84 areas of UK life likely to be hit in no-deal Brexit scenario
Among the 84 topics the British government is planning to issue advice to businesses and the public about are aviation safety, food labelling, maritime security and workplace rights.
At the same time the head of the British pharmaceutical industry association, Mike Thompson, said Brexit should be treated as "a health security issue" because of the risk of drugs becoming unavailable in some countries.
Danish Foreign Minister Anders Samuelsen warned early Friday that the chances of a no-deal Brexit were around 50-50 and he called for more "effort" by Britain and the European Union to secure an agreement this autumn.
British Foreign Secretary Jeremy Hunt was criticised by Brexiteers Thursday night for saying a "messy and ugly" divorce would be harmful.
Hunt clarified his remarks with a tweet on Friday morning that said Britain would "survive and prosper" even in a no-deal situation, but warned that "it would be a big mistake for Europe because of the inevitable impact on long-term partnership with UK."
This came as the 84 topics where the British government plans to issue papers setting out consequences and preparations for no-deal were leaked to Buzzfeed.
Downing Street plans to publish the papers in batches, starting next week, to try to avoid accusations that it has embarked on a Project Fear operation.
Brexit relations hit a new low on Wednesday after Brussels refused to deny that EU negotiators have raised concerns that they are being spied on by the British intelligence agency, MI6.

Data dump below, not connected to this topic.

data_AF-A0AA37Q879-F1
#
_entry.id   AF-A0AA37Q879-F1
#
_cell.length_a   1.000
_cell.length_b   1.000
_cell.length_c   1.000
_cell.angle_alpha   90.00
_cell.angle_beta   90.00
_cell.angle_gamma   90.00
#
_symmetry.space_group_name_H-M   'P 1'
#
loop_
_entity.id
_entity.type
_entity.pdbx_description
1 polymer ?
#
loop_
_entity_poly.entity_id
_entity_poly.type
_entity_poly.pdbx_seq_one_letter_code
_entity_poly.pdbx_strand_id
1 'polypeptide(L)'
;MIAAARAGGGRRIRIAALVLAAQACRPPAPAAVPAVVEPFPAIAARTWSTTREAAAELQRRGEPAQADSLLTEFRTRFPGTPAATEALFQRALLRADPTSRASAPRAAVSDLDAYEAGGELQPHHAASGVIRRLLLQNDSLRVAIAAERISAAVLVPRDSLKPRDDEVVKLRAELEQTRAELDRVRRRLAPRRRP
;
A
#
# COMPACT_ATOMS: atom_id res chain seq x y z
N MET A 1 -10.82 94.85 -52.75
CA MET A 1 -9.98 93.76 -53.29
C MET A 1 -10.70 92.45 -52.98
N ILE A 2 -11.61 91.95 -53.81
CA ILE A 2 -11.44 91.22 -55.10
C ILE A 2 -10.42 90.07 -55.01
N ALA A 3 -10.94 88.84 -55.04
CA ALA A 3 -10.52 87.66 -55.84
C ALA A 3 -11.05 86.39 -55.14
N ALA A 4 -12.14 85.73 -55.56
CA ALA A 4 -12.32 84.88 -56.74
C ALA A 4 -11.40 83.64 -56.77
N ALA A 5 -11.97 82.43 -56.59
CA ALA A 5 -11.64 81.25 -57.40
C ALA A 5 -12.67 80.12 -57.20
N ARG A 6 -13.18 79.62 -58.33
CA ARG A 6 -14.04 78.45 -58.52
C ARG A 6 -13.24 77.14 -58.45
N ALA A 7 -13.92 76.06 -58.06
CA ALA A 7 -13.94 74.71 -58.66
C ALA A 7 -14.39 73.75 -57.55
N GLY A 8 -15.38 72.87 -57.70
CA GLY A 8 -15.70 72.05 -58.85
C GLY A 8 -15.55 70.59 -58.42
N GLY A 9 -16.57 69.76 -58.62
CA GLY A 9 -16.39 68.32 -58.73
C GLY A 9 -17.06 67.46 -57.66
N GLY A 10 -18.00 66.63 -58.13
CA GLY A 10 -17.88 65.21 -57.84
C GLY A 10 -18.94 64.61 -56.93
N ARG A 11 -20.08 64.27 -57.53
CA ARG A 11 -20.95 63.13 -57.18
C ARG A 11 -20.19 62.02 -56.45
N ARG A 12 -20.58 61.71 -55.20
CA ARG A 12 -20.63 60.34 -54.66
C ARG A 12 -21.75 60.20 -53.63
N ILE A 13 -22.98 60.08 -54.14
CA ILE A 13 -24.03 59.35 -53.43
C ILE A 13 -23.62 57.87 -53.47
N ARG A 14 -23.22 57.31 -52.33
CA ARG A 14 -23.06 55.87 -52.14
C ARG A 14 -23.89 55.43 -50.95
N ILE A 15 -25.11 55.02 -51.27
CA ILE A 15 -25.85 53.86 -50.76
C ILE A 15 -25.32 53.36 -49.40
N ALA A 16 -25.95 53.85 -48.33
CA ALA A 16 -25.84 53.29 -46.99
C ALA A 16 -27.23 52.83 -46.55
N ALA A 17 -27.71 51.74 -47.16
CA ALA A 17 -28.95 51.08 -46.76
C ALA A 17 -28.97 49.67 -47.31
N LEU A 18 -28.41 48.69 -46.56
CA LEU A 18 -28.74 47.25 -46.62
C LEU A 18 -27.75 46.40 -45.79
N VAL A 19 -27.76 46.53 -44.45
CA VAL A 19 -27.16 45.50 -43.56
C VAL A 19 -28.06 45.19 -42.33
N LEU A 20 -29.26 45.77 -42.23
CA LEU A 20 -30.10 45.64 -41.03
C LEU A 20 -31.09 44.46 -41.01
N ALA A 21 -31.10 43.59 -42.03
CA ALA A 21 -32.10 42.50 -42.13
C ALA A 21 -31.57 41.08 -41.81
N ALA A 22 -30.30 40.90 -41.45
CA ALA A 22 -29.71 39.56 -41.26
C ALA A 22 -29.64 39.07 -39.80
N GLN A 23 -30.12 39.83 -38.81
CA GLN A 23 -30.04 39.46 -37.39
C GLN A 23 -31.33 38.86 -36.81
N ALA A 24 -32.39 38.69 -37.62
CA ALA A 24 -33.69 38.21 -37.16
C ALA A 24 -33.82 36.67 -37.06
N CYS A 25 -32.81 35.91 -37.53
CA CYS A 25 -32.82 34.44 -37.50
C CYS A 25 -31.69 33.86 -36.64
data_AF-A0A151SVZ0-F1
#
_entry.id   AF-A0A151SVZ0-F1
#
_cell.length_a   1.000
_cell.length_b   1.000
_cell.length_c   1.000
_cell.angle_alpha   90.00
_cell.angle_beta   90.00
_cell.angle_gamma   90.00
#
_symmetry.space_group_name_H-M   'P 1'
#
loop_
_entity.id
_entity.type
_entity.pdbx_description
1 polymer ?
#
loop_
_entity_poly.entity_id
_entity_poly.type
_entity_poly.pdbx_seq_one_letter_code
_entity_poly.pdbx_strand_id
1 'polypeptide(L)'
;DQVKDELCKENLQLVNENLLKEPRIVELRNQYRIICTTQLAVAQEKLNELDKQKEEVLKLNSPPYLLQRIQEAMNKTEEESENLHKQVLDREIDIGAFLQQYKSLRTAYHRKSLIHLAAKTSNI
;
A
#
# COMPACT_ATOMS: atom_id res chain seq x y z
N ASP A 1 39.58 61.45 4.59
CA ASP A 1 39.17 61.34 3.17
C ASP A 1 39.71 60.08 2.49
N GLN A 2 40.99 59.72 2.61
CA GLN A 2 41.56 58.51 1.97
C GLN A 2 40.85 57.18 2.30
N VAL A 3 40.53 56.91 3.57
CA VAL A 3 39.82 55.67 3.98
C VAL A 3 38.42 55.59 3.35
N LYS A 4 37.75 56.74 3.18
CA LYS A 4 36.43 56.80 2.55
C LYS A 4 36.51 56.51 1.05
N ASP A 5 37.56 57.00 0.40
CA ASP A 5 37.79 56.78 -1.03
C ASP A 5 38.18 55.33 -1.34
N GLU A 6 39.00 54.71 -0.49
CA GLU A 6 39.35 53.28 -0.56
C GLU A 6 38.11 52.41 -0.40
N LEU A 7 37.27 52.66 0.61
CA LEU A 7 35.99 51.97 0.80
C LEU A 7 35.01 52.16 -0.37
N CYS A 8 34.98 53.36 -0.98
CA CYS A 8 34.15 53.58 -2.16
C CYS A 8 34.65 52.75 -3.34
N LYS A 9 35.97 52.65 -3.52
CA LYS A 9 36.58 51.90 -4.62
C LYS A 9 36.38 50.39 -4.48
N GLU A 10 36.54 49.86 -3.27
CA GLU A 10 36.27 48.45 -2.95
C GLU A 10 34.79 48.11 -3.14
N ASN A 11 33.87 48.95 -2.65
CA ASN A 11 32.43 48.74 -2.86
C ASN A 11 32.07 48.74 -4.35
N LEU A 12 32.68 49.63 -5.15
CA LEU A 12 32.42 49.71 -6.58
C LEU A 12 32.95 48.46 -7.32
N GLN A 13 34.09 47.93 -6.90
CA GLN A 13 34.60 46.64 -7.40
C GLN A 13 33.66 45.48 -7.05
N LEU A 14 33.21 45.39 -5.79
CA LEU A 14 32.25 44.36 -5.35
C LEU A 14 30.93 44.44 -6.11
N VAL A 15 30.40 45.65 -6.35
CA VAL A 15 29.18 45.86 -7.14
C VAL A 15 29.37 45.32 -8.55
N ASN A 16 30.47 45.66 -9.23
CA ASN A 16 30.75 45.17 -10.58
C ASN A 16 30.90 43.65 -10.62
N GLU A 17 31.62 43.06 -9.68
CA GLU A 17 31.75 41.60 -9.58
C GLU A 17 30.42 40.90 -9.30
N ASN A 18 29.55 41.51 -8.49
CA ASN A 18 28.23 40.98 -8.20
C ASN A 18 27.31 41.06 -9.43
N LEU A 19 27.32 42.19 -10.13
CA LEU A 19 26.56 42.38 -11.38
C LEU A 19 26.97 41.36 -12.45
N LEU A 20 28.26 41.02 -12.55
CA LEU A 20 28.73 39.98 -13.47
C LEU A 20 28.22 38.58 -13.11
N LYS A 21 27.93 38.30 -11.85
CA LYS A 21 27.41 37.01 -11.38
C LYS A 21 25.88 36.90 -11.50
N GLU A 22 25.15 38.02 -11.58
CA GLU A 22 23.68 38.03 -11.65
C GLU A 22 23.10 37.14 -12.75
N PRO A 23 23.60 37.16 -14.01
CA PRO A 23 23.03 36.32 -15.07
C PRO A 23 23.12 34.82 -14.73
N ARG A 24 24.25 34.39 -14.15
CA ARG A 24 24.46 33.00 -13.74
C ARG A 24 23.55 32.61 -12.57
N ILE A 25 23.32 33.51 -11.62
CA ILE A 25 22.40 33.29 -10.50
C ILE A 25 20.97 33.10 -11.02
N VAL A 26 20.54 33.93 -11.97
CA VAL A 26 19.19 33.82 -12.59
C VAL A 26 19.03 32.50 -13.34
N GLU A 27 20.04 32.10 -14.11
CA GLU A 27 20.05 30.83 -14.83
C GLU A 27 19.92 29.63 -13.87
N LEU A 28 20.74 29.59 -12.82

The European Commission declined to comment on the reports that British intelligence assets are suspected of being used to give the UK an upper hand in Brexit talks.
It was reported that officials first suspected they were being bugged after the UK obtained sensitive documents "within hours" of them being presented to EU officials last month.
The news came as British negotiators head to Brussels on Thursday to resume two days of technical Brexit talks, although little progress is expected to be made on substantive issues until Autumn.
Hunt visited countries in northern Europe this week to seek support for the Chequers proposal, masterminded by British Prime Minister Theresa May in early July, from those who see Britain as a key military ally.
On his return, the foreign secretary made clear that the British government would accept European environmental and social legislation if it led to a free trade agreement.
"I'm getting a strong sense that, not just in Holland but in many of the places that I've visited, they do want to engage seriously to try and find a way through to try and get a pragmatic outcome," he told ITV News.
Asked about claims that Brussels negotiators were being bugged by British spies, he said, "Foreign secretaries never comment on such matters but you are a journalist and you don't have any trouble finding out what is going on in those meetings, just like you have no problems in finding out what's happening in our London meetings."
Formal Brexit talks resumed in Brussels between UK and EU officials on Thursday.
Earlier this week, Latvian Foreign Minister Edgars Rinkevics said there was a "very considerable risk" of a no-deal scenario, but stressed he was optimistic that the sides could come together.
British Chancellor Philip Hammond was flying to Berlin on Friday to encourage support for the Chequers proposals. ■